Tuesday, August 6, 2013

Size vs. Size on Disk

This is a question you probably don’t ask yourself too much, and hey, you probably will live your life without even considering asking it, but there will be times where this knowledge could be useful and at least this way you won’t be lost.


Check that image, normally you wouldn’t care about the Size-SizeOnDisk relation, just a few KB of difference, but in this case these are 10.2GB of difference, so how to know? What the fuck are you going to do now? Well…

Let’s start from the beginning. When you format a disk (Hard Drive, Flash Drive, SSD, CD, Diskette…) you assign a File System (Fat, NTFS, Ext…) to it. The file system defines how the files are stored in your disk, and related to this article, the cluster size. The cluster size is, lets say, the minimum storage of your disk. Meaning that if I save a file of 1KB, if the minimum cluster size is 10MB, the Size of the file will be 10MB. A clean example can be seen here:


Since NTFS has a 4KB cluster size, if the file goes over it, another cluster will be automatically filled with the extra and take 8KB of DISK SIZE, not actual Size. I actually think that this image can sum up the whole post… and thousands of post on other thousand sites.

Returning to the first image, why the fuck it’s so fucked? Well, because something awesome is happening there. For starters, the files where quite corrupted, they had a size of 0 bytes, but the system “thought” that the size was another one, and in some cases it though that the files were still there even after deletion. This happened to almost every single file on that folder. And the awesome part - yes I consider this awesome - the Size on Disk doesn’t care shit about the actual size; “133903 clusters were filled, each one is sized to 4KB, that is 535612KB, so the size should be around 523MB”… I found this very awesome.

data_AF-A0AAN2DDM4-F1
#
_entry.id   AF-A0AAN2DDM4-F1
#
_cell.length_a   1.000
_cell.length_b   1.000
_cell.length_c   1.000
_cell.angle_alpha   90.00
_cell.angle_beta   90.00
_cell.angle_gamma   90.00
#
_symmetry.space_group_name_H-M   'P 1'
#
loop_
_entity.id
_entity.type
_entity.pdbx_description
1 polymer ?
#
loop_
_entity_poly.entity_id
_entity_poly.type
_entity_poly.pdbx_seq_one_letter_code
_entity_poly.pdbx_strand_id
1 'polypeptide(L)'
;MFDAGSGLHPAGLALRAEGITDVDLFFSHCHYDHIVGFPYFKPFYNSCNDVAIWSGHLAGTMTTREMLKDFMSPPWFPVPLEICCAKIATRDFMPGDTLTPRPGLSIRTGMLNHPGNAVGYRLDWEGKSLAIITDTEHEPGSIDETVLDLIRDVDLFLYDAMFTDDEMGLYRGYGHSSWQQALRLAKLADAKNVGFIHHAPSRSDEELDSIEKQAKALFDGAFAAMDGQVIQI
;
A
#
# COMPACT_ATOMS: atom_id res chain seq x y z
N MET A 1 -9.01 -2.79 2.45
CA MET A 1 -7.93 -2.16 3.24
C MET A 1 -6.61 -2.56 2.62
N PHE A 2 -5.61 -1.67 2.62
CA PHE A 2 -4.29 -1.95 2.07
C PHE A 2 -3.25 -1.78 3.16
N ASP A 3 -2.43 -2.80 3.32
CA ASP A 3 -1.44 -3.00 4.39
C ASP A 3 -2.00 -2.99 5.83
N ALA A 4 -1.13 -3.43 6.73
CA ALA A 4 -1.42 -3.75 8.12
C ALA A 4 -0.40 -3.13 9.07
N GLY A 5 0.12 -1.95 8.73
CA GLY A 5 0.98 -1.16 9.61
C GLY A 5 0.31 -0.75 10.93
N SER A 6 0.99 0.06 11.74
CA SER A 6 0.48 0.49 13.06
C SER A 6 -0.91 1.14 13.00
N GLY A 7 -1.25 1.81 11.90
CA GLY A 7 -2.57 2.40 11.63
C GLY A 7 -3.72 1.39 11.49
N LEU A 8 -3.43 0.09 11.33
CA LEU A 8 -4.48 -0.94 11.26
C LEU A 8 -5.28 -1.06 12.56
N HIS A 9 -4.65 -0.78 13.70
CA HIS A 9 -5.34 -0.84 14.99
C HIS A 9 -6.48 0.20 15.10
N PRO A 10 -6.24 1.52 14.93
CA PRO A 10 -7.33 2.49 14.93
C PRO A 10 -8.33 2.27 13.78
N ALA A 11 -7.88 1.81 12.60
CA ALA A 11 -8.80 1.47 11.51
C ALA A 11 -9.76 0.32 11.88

Now, each file system has it’s own cluster size, aka, minimum file size, a quick example:

  • NTFS: From 1GB to 16TB, 4kB.
  • Fat32:
    • From 256MB to 8GB: 4KB
    • From 8GB to 16GB: 8KB
    • From 16GB to 32GB: 16KB

These are used for Windows, of course, there are a lot of different file systems, if you want to go nuts, enjoy.

Something to remember is that Size on Disk will vary from one file system to another (if their cluster/blocks size differ), but the file size should be the same (IF files and folders are not modified in any way). This also applies to CD/DVD/BRD, these have their own file system, and since is not that easy to explain in two lines, it’s better to use a CD burner to tell you how much will the file fill in the disk.

So, in conclusion…


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